More Green For Less Green

Living more eco-friendly for less money


Composting (From a Condo!)

The compost pile (hmmm...doesn't look like much!)

Our compost crock

Since we live in a third floor condo, my husband wasn’t keen on composting at home. Then I found out they were starting a compost pile at work. Our building has a strip of forest on three sides of it, so we’ve got plenty of leaves and grass. Since the grounds team only has “browns” (leaves, grass clippings, etc.), I offered to add my food waste from home. We are going on our second month with this, and it is going great! To get started I needed a few things:
-Info on what to do
-Compost Crock
-Hand shovel (trowel)

I went to the library and check out several books on composting. My favorite was Composting by Liz Ball. My compost pile will be somewhere in between a simple pile (stack up yard waste and let it be) and a managed pile (yard waste, food waste, turned regularly).

The one thing we needed to buy was some type of container to hold the waste in the kitchen. We figured I would visit the compost pile only twice a week so the container needed to be smell-proof for the kitchen, but also leak-proof as I transport it by car.

As always, I looked for something around the house or from yard sales to repurpose first. With no luck there, I decided to check out the household section at Ross. Ross, Home Goods, TJ Maxx, etc. usually have a great selection of random containers. I ended up with a canister with a very tight fitting lid. (Bonus points for it being citron green which I am obsessed with.) A cookie jar would work to. Of course, you can always go commercial and buy a real compost crock with a smell-containing charcoal filter in the lid (Google compost crock for a variety of options), but I am too cheap for that!

So, armed with my $6.99 crock, the adventure started! Our rules are no dairy (save for egg shells) and no meat. These smell in a way that attracts animals we don’t want. We do have to think about the ingredients in leftovers. For example, buttered carrots can’t go in.

My job is bringing in the food, and my coworker’s job on the maintenance team is keeping me stocked with browns. He had the idea to cover the whole pile with pine branches. I have no idea if that is technically right, but to me I think that the prickliness of the branches and the pine smell both are beneficial for protecting the pile for animals looking for a snack. (Update- this actually is a HUGE hassle because now the pile has built up higher than the branches and when I dig down to dump the food waste I hit them and can’t get in very deep.)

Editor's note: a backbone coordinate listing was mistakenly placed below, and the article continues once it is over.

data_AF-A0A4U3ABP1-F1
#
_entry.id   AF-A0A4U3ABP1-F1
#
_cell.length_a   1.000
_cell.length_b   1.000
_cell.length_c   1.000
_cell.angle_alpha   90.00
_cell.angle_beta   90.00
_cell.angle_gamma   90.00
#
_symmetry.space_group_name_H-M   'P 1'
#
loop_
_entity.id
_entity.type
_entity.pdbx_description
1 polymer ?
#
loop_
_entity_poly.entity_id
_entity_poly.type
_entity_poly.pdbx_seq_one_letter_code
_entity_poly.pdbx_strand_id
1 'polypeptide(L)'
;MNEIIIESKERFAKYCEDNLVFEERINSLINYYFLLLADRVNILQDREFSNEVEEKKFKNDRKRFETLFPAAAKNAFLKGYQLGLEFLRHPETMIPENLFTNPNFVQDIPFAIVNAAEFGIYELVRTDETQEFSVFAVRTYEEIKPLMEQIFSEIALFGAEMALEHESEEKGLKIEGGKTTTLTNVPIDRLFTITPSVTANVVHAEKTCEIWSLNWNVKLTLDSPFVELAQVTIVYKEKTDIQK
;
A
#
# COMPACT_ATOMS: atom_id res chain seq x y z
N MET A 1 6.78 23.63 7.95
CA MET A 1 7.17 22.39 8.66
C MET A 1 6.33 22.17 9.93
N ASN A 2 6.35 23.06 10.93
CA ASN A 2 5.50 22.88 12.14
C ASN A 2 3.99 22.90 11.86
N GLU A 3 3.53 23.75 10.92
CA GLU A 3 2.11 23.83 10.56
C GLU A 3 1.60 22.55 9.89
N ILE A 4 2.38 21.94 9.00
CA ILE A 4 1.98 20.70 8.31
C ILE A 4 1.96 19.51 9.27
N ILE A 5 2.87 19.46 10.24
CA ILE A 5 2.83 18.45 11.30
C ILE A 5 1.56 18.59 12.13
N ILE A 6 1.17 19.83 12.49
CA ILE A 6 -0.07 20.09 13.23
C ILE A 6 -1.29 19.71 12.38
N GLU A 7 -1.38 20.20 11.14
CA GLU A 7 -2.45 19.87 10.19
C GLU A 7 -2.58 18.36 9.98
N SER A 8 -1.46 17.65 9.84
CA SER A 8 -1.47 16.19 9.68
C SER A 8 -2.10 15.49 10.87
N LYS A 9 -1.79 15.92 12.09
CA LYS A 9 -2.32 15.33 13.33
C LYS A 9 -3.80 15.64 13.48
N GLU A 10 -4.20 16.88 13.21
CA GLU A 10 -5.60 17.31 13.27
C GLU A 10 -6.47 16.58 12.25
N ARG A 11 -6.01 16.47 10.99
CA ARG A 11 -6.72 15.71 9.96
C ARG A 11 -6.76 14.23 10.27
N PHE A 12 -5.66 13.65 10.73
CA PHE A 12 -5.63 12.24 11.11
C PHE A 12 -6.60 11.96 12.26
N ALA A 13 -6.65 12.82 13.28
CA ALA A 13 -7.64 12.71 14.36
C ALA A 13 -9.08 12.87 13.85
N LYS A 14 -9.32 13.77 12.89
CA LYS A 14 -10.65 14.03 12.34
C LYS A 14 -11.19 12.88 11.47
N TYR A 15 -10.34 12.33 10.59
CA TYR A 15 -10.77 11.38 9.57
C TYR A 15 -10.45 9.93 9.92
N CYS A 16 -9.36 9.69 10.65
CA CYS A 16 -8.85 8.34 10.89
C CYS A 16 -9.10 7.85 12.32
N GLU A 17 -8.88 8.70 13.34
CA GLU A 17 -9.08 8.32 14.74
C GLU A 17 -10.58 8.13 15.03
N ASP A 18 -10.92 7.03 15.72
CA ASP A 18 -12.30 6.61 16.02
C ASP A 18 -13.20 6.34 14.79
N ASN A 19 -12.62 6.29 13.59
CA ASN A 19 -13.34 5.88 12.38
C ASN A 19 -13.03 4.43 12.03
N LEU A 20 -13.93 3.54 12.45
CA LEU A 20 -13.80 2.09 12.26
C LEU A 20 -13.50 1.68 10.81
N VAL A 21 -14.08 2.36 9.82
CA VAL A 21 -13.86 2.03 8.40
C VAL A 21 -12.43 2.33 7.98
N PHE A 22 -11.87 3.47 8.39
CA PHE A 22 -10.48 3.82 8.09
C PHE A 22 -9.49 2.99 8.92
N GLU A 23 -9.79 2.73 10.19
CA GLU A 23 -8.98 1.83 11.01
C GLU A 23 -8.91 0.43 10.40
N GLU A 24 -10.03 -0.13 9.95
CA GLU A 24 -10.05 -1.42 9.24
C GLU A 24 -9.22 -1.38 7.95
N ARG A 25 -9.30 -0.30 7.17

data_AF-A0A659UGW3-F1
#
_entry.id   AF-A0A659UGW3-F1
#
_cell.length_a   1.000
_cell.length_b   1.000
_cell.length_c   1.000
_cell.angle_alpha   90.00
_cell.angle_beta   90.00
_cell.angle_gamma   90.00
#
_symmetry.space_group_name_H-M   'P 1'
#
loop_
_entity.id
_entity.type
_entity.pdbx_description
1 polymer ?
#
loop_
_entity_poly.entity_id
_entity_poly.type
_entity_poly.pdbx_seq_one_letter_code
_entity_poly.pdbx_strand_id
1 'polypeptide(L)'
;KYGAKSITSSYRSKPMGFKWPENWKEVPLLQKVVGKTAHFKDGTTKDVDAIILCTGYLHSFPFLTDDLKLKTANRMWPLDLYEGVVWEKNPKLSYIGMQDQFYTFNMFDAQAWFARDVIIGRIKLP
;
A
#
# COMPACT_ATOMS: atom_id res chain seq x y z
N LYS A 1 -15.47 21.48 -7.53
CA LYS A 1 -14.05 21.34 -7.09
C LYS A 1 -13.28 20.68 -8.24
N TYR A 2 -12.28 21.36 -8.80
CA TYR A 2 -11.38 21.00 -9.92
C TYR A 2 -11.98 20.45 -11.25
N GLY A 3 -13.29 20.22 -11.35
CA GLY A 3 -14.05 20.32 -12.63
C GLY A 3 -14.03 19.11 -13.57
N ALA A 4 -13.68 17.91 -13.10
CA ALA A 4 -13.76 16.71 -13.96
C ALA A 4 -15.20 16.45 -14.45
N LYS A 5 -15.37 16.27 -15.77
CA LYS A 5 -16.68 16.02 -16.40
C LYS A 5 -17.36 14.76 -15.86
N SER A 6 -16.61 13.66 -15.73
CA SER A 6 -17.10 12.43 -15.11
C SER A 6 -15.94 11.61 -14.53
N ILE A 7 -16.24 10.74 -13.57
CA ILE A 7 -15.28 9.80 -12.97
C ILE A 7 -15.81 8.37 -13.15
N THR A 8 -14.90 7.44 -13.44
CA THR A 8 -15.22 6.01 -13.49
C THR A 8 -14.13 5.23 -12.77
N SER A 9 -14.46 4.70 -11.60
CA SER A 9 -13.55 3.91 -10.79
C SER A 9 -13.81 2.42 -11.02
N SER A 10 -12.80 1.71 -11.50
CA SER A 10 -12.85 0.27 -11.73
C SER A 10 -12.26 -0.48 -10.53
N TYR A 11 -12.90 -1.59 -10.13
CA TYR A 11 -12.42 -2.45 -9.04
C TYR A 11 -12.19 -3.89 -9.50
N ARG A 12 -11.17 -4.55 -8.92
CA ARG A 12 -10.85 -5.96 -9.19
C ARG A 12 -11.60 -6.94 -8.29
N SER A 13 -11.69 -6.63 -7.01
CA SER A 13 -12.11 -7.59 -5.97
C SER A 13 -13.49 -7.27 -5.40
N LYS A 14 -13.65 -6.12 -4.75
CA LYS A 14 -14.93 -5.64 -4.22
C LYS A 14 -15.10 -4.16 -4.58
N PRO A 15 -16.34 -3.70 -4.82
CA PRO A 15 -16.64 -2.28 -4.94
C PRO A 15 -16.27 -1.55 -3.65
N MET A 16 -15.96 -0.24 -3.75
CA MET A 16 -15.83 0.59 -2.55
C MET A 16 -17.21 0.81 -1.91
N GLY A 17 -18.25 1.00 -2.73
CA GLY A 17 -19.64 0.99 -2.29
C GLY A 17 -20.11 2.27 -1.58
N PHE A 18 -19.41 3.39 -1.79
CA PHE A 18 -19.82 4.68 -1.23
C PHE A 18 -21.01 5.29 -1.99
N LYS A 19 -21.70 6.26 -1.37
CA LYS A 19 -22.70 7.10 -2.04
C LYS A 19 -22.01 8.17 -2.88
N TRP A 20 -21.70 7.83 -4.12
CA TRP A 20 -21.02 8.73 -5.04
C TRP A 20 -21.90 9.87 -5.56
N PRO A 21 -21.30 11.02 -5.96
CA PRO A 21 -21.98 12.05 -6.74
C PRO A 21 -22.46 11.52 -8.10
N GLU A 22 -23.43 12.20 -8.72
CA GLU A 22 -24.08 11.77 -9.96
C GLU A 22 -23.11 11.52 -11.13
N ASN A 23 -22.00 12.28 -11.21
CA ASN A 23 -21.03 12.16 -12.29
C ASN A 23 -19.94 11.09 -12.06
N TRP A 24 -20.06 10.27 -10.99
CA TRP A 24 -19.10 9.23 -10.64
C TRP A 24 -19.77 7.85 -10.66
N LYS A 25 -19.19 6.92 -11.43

Twice a week, I load my filled crock and trowel into the car and go to work (literally and figuratively). I like to rotate around the pile with my digging. I use the trowel to dig a hole in the pile, dump the food in, smash the food down a bit with the shovel, then load the dirt I scooped away on top again. Because I rotate around the pile, as of yet I have never found food added from a previous day. My biggest animal protection tip is to completely bury the food in the pile. Also bury flowers. If the flowers sit on top, it will attract bees.

This process takes all of five minutes twice a week and really doesn’t involve getting messy or even unpleasant smells. Two-ish months in and the verdict is that composting is really easy, we have much less household trash, and we have tons of warm fuzzies for being even more eco-friendly. I actually get giddy when I see worms in the pile and feel the warmth when I dig (both are signs of a healthy pile). Warm fuzzies, indeed!

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At February 2, 2009 at 1:06 AM , Anonymous Anonymous said...

Hi! I just discovered your blog and I'm loving the tips here! I have a compost bin (more of a worm bin, really) and we collect food scraps for it. Instead of having a crock take up valuable counter space, we put our scraps in the freezer. No smell! We actually keep 2 containers in the freezer--one for our worm bin and one for the city compost collection. The city gets veggie scraps that contain seeds (like green pepper cores) or other things that might sprout when I spread the compost on my garden (like potato peelings). -mellogirl

At December 1, 2010 at 12:07 AM , Anonymous condo manila said...

Love your compost crock. I think I need one too for my condo.

Deirdre G


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